First 6 months on pd dialysis

I just hit my first 6 months on pd dialysis.

I am still working as a car salesman long hrs on my feet. I'm not sure how much longer I can do this I'm exhausted all the time. I can't sleep the cycler wakes me up every time I drain and fill. I have been working 10-12 hr days with only 4-5 hrs sleep. I think depression is setting in and I am llosimg hope. Quality of life is just not there I don't know if I should stop working. I'm 56 diabetic

They say it's a 5 yr wait for transplant I'm not sure if I'll be healthy enough in 5 yrs to get a transplant. I don't know what to do

8 Replies

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  • Hi,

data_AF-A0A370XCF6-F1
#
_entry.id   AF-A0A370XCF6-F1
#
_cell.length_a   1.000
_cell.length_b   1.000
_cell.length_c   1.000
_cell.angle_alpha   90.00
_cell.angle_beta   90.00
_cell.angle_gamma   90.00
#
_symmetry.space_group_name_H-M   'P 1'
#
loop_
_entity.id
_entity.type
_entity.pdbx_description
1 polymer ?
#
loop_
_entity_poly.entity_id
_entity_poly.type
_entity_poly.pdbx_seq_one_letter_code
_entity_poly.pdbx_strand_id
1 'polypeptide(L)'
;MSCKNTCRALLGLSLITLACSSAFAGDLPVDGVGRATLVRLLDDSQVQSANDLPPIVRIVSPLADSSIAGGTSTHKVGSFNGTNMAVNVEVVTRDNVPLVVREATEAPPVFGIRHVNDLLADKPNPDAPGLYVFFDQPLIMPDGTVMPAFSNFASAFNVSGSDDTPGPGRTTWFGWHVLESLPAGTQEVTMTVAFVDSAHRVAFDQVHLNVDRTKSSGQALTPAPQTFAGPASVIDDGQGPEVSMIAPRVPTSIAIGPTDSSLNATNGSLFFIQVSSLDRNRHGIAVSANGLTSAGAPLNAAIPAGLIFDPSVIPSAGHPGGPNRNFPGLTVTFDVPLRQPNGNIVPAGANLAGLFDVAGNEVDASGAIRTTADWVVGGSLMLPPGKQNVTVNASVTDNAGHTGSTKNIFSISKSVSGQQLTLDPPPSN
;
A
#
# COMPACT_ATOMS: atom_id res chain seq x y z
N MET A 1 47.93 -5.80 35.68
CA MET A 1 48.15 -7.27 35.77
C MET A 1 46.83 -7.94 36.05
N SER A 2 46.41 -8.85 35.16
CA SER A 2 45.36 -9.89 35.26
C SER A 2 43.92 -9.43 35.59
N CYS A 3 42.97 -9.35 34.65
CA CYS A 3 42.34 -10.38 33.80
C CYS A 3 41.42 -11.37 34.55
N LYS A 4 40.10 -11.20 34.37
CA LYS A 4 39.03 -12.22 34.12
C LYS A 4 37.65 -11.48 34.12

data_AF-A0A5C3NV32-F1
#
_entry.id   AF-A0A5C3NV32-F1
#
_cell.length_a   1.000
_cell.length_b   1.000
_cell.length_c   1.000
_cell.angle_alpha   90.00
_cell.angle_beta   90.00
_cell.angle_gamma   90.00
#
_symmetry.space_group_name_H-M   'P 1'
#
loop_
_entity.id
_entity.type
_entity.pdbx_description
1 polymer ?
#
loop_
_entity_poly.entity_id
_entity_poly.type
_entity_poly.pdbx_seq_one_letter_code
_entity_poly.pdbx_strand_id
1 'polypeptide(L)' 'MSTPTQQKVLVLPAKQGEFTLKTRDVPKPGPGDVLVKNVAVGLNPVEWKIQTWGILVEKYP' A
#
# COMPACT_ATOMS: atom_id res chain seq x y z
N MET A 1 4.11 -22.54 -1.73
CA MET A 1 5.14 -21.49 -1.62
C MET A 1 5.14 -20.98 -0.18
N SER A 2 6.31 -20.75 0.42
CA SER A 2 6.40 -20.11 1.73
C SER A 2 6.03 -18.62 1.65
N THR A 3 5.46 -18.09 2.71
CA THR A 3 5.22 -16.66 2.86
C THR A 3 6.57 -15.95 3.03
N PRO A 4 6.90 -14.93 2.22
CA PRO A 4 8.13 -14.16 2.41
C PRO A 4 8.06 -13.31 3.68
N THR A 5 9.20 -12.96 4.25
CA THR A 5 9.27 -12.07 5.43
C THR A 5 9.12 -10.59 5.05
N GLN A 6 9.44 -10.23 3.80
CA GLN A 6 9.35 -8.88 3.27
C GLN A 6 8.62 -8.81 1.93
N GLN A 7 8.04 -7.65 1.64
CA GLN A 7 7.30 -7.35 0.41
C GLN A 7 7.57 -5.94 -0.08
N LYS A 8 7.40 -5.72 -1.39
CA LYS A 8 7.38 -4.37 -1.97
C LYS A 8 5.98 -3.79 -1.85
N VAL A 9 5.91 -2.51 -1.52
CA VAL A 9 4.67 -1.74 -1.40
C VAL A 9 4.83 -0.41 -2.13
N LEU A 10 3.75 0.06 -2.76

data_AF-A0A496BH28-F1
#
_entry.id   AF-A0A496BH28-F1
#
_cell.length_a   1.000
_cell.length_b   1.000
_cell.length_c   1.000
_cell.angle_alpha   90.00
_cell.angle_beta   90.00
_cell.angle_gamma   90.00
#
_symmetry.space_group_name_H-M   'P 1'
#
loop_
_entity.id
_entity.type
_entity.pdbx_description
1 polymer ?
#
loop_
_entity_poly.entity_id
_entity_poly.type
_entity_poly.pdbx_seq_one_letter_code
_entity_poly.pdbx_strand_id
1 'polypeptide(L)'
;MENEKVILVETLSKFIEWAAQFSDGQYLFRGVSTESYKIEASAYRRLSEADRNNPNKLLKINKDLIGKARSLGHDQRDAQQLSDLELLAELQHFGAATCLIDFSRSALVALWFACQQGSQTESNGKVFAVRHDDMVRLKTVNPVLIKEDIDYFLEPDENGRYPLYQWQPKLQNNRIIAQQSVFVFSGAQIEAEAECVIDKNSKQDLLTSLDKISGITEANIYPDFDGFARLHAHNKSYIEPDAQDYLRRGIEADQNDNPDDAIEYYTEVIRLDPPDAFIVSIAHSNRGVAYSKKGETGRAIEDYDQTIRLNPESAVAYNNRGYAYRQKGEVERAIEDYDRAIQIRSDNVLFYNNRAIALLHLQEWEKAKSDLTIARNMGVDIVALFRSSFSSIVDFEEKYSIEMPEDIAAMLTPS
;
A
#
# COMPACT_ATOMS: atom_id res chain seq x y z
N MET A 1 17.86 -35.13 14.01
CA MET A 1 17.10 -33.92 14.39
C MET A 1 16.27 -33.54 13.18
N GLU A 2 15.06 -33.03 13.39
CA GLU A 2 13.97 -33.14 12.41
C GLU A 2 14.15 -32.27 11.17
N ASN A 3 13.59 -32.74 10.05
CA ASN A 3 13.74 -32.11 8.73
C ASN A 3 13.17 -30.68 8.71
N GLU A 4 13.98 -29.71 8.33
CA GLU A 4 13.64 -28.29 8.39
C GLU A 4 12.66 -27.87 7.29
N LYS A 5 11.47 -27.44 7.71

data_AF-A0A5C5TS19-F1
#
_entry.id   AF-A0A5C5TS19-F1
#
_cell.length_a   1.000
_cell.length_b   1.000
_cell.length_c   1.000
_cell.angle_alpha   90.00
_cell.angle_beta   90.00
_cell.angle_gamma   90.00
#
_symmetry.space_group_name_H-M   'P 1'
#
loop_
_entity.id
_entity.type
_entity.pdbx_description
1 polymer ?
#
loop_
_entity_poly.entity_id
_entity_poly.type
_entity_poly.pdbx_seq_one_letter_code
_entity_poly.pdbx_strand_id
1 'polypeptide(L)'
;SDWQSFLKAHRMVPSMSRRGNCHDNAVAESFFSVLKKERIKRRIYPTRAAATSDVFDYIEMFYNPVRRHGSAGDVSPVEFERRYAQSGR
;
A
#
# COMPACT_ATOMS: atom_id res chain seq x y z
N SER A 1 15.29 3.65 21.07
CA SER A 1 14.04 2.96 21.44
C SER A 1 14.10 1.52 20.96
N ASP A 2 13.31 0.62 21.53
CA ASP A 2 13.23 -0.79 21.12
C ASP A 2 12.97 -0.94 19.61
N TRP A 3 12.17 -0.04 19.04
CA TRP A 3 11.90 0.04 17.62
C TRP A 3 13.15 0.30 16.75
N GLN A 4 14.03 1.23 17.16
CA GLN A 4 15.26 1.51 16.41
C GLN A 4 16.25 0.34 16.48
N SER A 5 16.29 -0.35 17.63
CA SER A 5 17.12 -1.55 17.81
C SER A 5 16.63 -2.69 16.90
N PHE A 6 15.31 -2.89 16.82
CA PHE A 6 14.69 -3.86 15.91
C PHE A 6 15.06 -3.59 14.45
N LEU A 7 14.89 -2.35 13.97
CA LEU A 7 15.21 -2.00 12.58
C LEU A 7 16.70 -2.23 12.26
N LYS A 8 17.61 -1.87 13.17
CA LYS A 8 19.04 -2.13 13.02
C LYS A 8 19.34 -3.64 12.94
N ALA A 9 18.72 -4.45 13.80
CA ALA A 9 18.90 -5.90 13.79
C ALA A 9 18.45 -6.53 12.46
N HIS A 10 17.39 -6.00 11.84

I'm 66 and diabetic, hypertensive and Stage 3 CKD. Welcome to the club. First things first. You have many here in the same situation as you and many are here worse off than you and many here are better off than you. Basically, you aren't alone. My diabetes is finally "under control" with diet and exercise. After 17 years. A few months ago I took my last pill and I watch what I eat. I have to. It's the only food I get to see. I was also able to drop 2 more pills for hypertension and most days I am about 125/65 and on the day I'm not It's about 135/70. Still not too bad. It wasn't easy getting here and it is a daily struggle.

    Don't give up on yourself. Selling cars isn't easy and if you are a career salesman then you have had both good and bad days. Same with the trinity of CKD, Diabetes, and Hypertension.

    I've been looking into both PD and HD and as of now haven't decided which way to go. Have you spoken to your physician about something to help you sleep so that you don't wake up so often? I know you have to be careful because some sleep aids have an adverse effect on blood pressure.